“The risk in my opinion is minimal, but we don’t try to get out too far in front of ourselves approving projects,” Fitzgerald said. “The economy isn’t getting better so I don’t expect an instant bump. (The district) could stay relatively static for a number of years.”
A savvy investment strategy
Although the downtown TIF district has started slowly, the figures and projections officials use to create a district have been pretty reliable. There have been a number of success stories in Menomonee Falls through the use of taxing districts.
According to the DOR, the village has added $212.1 million in incremental property value through its active districts.
In 2007, a taxing district including the current Kohl’s headquarters, Frito Lay distribution, SBS Battery Storage Systems and PBBS Equipment closed. It was created in 1995 with a base value of $4.6 million, and closed 12 years later with a base value of $129 million.
Another district that includes and Magnetek Inc., started at a base value of $5.4 million and closed in 1995 with valued at $61 million.
And a district created in 1999 that includes a recently constructed Actuant Headquarters, Woodman’s and a Briggs and Stratton facility, added $53 million of value to the village.
“We’ve changed the sentiment on what tax incremental districts can accomplish in the state,” said Trustee Michael McDonald. “We’ve had four or five extremely successful ones in the past. We’ve got a lot of vision and a phenomenal village manager that has come up with means to finance various projects.”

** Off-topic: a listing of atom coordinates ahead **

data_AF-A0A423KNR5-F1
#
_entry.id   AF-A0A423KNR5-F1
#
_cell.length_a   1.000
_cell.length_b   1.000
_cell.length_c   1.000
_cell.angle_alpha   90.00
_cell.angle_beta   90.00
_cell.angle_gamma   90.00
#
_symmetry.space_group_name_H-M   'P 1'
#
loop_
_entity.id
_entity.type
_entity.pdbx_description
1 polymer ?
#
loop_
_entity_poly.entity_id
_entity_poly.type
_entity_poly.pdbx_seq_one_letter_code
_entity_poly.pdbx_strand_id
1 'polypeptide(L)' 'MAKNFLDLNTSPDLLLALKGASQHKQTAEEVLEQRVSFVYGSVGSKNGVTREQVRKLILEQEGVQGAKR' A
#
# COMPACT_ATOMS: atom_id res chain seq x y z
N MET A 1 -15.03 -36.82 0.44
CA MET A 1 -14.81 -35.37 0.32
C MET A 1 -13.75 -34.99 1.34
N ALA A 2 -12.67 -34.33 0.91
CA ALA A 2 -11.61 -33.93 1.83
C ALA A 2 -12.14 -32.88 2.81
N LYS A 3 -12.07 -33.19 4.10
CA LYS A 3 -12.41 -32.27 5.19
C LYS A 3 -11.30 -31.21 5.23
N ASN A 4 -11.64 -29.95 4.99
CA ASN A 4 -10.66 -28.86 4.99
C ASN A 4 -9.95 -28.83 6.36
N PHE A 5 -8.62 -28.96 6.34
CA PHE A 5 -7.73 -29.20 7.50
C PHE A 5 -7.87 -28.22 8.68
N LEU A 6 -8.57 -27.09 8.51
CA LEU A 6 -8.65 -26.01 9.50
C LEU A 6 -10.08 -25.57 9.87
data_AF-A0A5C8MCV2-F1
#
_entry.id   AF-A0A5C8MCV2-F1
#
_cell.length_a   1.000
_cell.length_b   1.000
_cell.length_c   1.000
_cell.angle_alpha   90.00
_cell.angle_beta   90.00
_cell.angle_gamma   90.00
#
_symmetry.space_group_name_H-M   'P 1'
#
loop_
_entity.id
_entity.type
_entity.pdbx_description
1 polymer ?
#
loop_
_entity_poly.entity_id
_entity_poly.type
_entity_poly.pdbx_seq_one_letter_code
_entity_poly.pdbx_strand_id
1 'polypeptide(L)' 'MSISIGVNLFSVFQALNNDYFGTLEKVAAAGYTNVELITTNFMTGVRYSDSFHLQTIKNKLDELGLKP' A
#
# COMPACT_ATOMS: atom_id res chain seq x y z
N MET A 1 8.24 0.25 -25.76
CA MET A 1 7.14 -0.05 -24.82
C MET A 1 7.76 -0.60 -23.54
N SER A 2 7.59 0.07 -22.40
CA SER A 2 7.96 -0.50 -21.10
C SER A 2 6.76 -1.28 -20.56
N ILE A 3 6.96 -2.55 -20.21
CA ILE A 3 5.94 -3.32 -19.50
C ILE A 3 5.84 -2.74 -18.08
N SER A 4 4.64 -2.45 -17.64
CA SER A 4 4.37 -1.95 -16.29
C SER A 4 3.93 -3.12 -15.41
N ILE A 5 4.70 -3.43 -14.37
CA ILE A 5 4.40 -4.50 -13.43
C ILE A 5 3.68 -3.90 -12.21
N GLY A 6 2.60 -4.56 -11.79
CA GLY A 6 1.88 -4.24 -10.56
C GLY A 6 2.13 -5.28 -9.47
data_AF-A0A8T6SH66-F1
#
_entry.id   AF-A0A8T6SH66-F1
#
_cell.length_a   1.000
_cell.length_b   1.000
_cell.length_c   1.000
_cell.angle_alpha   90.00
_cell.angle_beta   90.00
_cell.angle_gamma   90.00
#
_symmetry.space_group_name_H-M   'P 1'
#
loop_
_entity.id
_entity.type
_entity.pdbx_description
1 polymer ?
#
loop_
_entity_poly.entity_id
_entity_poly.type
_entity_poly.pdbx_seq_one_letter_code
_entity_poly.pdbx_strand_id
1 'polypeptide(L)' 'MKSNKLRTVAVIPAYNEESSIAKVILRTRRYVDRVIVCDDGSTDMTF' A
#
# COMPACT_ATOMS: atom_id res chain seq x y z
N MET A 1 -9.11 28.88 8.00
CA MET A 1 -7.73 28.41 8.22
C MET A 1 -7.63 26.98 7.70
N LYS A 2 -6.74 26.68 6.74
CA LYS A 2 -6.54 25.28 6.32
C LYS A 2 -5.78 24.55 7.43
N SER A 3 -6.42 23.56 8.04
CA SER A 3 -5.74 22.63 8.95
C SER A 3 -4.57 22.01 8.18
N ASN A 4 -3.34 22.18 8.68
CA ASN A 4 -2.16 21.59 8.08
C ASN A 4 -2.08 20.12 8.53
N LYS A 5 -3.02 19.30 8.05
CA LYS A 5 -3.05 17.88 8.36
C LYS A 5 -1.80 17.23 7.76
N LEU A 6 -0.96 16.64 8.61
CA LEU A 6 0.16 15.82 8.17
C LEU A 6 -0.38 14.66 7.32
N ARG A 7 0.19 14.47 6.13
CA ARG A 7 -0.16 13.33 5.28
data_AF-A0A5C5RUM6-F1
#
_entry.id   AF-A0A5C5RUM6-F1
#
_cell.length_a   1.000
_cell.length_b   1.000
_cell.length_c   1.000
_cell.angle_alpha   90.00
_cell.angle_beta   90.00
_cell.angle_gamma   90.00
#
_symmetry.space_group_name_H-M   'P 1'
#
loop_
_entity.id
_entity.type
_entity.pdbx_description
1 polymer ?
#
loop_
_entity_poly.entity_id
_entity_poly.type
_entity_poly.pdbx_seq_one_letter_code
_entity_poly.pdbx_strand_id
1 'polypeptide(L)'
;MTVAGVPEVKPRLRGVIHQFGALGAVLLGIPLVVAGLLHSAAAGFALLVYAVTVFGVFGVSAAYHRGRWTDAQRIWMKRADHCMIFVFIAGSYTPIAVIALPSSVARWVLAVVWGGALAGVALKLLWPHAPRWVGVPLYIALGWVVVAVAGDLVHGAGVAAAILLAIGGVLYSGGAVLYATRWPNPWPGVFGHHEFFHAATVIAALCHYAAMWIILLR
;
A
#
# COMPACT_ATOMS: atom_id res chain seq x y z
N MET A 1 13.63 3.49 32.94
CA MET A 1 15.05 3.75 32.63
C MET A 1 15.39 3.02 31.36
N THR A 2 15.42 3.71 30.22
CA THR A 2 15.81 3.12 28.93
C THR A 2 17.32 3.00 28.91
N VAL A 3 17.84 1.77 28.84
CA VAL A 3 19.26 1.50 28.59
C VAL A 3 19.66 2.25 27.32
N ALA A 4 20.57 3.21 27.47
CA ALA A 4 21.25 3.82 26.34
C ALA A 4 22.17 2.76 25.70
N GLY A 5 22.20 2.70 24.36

Taxing districts have been key in much of the property growth throughout the village, especially in industrial growth. Menomonee Falls now ranks in overall industrial property value. At $288 million of assessed manufacturing value, the village only trails Milwaukee and Green Bay.
Despite the significant investment the village has made in the private sector, the Moody’s bond rating for the village to a Aa2 bond rating, which means investors in municipal bonds from the village can expect a high quality investment with very low credit risk.
As a result, the village can borrow with ease, which keeps property tax levels stable.
“At a time when the rest of the country seems to be in an implosive environment. Menomonee Falls has created an expansive environment,” McDonald said. “Any investment we have made in the past has come back fivefold. I think we have demonstrated, as our results indicate, that our prudent and farsighted thought process has reaped significant returns for the community and taxpayers.”